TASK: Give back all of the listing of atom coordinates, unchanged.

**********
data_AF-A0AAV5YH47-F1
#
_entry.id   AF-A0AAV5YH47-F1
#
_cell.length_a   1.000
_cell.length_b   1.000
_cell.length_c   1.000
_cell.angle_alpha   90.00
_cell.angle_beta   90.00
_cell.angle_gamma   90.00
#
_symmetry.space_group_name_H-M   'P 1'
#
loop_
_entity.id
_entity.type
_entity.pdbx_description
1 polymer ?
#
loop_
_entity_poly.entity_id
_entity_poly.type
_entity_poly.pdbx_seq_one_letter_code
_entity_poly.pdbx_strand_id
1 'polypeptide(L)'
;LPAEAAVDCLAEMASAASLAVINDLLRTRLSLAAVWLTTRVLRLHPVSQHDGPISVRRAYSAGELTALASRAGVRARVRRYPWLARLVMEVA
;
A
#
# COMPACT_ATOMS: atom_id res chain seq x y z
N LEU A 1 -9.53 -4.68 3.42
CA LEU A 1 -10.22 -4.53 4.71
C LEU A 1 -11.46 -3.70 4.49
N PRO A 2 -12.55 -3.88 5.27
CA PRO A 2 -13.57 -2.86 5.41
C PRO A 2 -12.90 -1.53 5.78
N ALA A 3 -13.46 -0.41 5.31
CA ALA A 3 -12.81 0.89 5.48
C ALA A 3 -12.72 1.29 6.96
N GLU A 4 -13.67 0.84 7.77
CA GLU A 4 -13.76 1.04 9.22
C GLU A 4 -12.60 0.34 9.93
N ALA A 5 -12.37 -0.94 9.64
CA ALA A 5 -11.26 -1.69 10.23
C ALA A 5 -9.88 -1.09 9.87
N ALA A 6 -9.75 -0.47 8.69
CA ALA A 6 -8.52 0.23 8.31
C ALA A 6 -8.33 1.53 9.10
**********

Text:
data_AF-A0AAV5YH47-F1
#
_entry.id   AF-A0AAV5YH47-F1
#
_cell.length_a   1.000
_cell.length_b   1.000
_cell.length_c   1.000
_cell.angle_alpha   90.00
_cell.angle_beta   90.00
_cell.angle_gamma   90.00
#
_symmetry.space_group_name_H-M   'P 1'
#
loop_
_entity.id
_entity.type
_entity.pdbx_description
1 polymer ?
#
loop_
_entity_poly.entity_id
_entity_poly.type
_entity_poly.pdbx_seq_one_letter_code
_entity_poly.pdbx_strand_id
1 'polypeptide(L)'
;LPAEAAVDCLAEMASAASLAVINDLLRTRLSLAAVWLTTRVLRLHPVSQHDGPISVRRAYSAGELTALASRAGVRARVRRYPWLARLVMEVA
;
A
#
# COMPACT_ATOMS: atom_id res chain seq x y z
N LEU A 1 -9.53 -4.68 3.42
CA LEU A 1 -10.22 -4.53 4.71
C LEU A 1 -11.46 -3.70 4.49
N PRO A 2 -12.55 -3.88 5.27
CA PRO A 2 -13.57 -2.86 5.41
C PRO A 2 -12.90 -1.53 5.78
N ALA A 3 -13.46 -0.41 5.31
CA ALA A 3 -12.81 0.89 5.48
C ALA A 3 -12.72 1.29 6.96
N GLU A 4 -13.67 0.84 7.77
CA GLU A 4 -13.76 1.04 9.22
C GLU A 4 -12.60 0.34 9.93
N ALA A 5 -12.37 -0.94 9.64
CA ALA A 5 -11.26 -1.69 10.23
C ALA A 5 -9.88 -1.09 9.87
N ALA A 6 -9.75 -0.47 8.69
CA ALA A 6 -8.52 0.23 8.31
C ALA A 6 -8.33 1.53 9.10